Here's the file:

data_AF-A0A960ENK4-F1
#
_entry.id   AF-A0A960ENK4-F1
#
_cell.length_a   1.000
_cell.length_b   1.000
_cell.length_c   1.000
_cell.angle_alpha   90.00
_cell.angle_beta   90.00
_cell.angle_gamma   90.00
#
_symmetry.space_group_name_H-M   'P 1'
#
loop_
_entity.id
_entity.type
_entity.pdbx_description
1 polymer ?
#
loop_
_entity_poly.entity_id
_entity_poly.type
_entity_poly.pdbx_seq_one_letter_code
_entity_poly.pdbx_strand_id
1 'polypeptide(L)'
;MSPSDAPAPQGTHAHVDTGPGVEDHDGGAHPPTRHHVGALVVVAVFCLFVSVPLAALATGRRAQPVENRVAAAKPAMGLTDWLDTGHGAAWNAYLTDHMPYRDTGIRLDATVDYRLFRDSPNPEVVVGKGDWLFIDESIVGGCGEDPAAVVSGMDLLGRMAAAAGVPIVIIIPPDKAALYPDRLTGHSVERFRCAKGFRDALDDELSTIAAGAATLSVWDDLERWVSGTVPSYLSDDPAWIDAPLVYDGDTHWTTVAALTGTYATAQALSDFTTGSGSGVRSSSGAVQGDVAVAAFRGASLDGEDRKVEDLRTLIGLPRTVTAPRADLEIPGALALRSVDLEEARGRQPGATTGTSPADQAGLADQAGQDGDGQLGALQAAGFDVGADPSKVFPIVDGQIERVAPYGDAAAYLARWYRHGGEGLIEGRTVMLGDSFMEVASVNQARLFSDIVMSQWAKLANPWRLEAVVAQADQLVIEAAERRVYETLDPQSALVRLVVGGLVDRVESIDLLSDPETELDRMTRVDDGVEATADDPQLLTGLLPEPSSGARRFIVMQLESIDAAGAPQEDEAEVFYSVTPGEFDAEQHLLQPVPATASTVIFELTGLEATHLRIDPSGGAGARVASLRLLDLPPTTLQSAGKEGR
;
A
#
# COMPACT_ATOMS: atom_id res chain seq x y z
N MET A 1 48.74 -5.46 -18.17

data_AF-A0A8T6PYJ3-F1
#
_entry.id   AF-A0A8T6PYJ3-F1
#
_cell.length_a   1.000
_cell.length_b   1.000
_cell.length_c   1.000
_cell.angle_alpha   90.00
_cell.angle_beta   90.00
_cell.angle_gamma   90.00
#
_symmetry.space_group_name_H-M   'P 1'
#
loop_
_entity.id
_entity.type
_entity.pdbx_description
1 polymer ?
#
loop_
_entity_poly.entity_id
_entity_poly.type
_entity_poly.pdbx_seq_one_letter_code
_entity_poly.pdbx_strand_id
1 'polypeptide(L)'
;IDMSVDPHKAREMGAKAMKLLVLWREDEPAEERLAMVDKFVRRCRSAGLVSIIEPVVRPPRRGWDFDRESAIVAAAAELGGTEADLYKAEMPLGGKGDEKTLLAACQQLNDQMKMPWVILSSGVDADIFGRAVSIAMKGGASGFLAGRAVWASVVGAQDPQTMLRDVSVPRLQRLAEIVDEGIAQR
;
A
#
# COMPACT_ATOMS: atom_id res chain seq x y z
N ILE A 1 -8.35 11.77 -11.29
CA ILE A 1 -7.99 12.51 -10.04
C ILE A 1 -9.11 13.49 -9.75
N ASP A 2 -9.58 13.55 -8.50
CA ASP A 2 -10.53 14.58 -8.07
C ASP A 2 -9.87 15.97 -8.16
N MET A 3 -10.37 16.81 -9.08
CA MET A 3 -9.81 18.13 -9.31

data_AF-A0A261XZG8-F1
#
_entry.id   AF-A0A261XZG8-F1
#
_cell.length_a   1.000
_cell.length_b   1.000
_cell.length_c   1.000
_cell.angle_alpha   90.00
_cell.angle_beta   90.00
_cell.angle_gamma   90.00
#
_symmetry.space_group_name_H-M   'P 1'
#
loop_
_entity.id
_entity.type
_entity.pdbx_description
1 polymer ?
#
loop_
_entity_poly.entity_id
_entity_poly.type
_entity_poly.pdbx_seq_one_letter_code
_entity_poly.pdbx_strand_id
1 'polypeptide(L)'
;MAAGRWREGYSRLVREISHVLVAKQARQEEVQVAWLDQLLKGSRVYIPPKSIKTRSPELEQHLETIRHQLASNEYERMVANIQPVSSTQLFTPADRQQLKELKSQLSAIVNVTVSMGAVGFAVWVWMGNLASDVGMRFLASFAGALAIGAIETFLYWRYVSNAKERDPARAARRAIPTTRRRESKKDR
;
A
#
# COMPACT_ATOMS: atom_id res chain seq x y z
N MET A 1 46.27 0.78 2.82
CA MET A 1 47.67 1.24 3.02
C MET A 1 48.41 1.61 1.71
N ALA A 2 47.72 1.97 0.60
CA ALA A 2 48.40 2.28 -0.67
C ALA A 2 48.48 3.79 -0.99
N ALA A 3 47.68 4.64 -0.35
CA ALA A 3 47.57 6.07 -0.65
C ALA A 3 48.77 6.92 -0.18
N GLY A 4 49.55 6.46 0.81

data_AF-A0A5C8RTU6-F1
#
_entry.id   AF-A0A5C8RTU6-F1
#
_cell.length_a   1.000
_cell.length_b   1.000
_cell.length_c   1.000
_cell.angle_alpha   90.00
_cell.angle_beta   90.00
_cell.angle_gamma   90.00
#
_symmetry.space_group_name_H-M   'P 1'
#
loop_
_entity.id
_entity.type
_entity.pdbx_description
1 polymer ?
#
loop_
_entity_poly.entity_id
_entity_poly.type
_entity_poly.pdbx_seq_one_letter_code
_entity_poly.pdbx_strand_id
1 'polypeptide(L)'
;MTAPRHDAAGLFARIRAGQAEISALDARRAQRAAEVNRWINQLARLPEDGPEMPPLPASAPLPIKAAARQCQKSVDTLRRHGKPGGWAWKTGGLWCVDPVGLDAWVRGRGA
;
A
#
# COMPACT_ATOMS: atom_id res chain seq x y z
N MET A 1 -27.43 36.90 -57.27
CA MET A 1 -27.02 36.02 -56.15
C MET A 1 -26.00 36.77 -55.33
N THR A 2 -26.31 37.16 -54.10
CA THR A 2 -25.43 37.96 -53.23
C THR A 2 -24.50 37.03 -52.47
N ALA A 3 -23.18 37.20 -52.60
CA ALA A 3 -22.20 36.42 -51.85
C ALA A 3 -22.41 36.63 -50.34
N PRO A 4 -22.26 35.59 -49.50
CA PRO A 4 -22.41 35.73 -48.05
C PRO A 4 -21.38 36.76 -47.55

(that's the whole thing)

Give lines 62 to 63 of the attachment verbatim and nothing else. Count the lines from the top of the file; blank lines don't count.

N ILE A 1 -8.35 11.77 -11.29
CA ILE A 1 -7.99 12.51 -10.04